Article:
Plain “Vanilla” Inheritance Tax Planning

NOTE: This post is more than 12 months old, and the information contained within may no longer be accurate.

So, what inheritance tax saving schemes will be withdrawn when the Office of Tax Simplification (OTS) delivers its report in the autumn of 2018? Presently, the OTS is seeking views from interested parties via an online survey to understand people’s perception of inheritance tax, taking into account the ease or complexity of legislative rules/process. One consequence of the survey and subsequent report could be that individuals face losing tax relief currently available when investing through smaller companies.

Business Property Relief (BPR), which was introduced by the 1976 Finance Act, was intended to prevent individuals inheriting a family run business then having to sell the company to pay an inheritance tax bill. This relief was extended to investing in Alternative Investment Market (AIM) listed companies in the mid-1990s. From 2013, it has been possible to hold AIM shares within an Individual Savings Account (ISA) portfolio. If the ISA investment is held for 2 years plus and is still held on death then the portfolio will qualify for BPR. Therefore, investors in AIM ISAs can enjoy tax-free growth whilst alive and then pass on this investment free of inheritance tax on death (a potential saving of 40% tax). This perfectly legitimate use of your ISA allowance appears to me to be a big leap from the initial purpose of the legislation introduced 40 years ago.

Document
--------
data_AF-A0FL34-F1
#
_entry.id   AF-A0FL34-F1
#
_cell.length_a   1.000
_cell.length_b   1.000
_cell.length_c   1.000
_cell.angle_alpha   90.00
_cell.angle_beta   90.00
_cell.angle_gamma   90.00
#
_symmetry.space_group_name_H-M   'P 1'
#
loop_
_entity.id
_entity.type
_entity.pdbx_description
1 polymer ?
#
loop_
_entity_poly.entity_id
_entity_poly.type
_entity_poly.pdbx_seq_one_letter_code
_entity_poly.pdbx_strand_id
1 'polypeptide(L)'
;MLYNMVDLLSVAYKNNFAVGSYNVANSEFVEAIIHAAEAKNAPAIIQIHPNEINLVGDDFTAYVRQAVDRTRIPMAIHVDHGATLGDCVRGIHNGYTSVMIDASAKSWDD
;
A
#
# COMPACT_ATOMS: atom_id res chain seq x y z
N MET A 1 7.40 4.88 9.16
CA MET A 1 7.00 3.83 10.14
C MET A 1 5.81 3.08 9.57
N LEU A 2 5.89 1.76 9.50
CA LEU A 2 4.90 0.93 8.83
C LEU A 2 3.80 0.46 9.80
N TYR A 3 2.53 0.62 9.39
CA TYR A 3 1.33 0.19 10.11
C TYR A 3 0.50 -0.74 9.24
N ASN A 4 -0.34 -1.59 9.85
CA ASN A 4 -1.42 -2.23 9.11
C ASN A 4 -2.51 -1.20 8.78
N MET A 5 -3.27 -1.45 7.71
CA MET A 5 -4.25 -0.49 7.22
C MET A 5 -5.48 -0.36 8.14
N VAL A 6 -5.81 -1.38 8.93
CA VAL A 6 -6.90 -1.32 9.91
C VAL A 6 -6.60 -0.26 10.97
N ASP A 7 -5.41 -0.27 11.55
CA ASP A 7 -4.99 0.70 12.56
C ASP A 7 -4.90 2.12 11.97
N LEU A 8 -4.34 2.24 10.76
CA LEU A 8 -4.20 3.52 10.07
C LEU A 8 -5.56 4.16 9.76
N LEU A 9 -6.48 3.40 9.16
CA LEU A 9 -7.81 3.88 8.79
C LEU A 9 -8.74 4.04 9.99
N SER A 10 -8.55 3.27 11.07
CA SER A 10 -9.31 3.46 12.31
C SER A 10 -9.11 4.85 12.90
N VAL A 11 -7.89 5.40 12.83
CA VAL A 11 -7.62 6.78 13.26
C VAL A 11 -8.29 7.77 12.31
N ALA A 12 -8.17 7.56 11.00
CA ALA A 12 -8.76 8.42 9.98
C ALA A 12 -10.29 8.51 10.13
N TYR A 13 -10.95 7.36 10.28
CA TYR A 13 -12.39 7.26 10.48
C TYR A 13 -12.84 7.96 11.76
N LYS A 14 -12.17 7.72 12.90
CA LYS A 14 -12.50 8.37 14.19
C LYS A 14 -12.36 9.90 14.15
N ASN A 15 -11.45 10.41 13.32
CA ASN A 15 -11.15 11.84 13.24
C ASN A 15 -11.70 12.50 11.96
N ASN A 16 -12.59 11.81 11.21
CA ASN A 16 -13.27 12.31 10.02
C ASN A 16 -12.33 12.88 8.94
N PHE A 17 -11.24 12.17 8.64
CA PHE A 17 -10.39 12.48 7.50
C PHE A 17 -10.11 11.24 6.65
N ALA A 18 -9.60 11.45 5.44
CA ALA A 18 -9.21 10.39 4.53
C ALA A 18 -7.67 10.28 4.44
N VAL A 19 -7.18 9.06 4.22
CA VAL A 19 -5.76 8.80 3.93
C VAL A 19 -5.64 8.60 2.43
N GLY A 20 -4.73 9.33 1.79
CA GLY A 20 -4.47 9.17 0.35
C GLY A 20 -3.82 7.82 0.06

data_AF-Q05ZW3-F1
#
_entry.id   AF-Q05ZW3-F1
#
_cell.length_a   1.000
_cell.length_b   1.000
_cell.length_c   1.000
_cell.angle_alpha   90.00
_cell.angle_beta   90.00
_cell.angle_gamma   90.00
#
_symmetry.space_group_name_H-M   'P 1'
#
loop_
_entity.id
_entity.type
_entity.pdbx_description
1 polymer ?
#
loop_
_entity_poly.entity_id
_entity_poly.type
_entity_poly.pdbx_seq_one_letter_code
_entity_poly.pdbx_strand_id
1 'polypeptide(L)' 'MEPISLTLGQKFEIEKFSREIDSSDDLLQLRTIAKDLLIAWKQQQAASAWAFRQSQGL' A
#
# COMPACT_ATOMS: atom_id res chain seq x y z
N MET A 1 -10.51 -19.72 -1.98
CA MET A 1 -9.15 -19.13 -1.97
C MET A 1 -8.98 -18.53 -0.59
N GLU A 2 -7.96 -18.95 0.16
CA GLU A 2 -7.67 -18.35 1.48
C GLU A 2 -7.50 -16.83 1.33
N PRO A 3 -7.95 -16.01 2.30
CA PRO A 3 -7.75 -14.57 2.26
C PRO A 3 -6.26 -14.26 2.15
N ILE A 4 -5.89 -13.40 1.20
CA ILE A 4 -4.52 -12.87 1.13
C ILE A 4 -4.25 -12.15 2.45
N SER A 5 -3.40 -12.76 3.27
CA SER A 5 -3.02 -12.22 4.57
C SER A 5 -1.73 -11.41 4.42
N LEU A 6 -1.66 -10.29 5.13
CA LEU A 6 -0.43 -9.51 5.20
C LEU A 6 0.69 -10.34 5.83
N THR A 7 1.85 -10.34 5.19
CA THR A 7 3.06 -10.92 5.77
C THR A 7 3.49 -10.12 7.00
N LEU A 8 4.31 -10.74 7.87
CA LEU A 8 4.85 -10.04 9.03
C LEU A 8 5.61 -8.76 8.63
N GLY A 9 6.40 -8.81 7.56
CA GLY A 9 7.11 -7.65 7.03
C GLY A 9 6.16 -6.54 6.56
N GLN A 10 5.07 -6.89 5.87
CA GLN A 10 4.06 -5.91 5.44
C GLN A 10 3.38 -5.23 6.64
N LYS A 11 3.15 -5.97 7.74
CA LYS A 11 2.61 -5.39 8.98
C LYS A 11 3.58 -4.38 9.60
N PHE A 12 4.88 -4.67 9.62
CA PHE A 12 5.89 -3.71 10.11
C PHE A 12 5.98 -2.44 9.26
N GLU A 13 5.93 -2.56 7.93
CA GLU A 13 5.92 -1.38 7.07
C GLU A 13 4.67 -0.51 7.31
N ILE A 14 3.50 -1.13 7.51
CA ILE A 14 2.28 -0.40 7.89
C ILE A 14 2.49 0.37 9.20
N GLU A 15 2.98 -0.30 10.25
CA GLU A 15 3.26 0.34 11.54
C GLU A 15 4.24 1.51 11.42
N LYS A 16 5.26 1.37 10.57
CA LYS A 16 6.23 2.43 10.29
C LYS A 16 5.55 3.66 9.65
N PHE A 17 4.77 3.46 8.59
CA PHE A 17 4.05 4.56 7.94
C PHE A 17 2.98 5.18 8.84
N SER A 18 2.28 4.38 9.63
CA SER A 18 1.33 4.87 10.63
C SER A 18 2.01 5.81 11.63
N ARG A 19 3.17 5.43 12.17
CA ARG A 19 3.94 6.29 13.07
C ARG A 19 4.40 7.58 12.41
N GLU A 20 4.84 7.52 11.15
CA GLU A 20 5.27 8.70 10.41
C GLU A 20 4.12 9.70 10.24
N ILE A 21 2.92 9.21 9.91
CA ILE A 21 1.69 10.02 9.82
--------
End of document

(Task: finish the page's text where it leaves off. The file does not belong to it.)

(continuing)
When tax breaks start to be used on a large scale, they contradict their original purpose. HMRC will often look to close off the loophole.

In my view “plain vanilla” financial planning often provides a better long-term outcome. Fund your pension to the maximum; we would usually expect any remaining pension fund to be outside of your estate on death. ISA allowances on death can be shared between husband and wife. Plus using more traditional approaches to estate planning such as the annual allowances, gifting out of income and lending money are far less likely to be challenged by HMRC.

In addition, worthy of note is that AIM investments can affect the “Main Residence Annual Allowance”, an allowance that can be used when passing your home to direct descendants.

If you would like assistance with your financial planning, please do not hesitate to drop me a line.

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